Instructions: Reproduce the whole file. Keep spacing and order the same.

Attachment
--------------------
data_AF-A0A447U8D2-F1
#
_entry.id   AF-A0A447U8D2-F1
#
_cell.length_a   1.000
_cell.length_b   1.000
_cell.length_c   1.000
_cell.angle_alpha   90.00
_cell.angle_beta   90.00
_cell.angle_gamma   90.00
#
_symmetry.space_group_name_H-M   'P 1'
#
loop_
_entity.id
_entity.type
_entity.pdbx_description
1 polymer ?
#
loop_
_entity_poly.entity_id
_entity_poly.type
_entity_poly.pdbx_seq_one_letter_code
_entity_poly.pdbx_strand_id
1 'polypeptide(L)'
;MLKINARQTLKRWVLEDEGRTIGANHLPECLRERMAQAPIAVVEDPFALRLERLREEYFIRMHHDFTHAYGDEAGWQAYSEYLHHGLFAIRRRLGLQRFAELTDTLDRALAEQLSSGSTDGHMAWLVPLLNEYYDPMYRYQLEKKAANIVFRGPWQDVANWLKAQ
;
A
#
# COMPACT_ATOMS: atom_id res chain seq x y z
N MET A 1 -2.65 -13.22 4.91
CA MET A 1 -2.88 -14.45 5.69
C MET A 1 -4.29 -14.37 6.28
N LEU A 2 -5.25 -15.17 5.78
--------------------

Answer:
data_AF-A0A447U8D2-F1
#
_entry.id   AF-A0A447U8D2-F1
#
_cell.length_a   1.000
_cell.length_b   1.000
_cell.length_c   1.000
_cell.angle_alpha   90.00
_cell.angle_beta   90.00
_cell.angle_gamma   90.00
#
_symmetry.space_group_name_H-M   'P 1'
#
loop_
_entity.id
_entity.type
_entity.pdbx_description
1 polymer ?
#
loop_
_entity_poly.entity_id
_entity_poly.type
_entity_poly.pdbx_seq_one_letter_code
_entity_poly.pdbx_strand_id
1 'polypeptide(L)'
;MLKINARQTLKRWVLEDEGRTIGANHLPECLRERMAQAPIAVVEDPFALRLERLREEYFIRMHHDFTHAYGDEAGWQAYSEYLHHGLFAIRRRLGLQRFAELTDTLDRALAEQLSSGSTDGHMAWLVPLLNEYYDPMYRYQLEKKAANIVFRGPWQDVANWLKAQ
;
A
#
# COMPACT_ATOMS: atom_id res chain seq x y z
N MET A 1 -2.65 -13.22 4.91
CA MET A 1 -2.88 -14.45 5.69
C MET A 1 -4.29 -14.37 6.28
N LEU A 2 -5.25 -15.17 5.78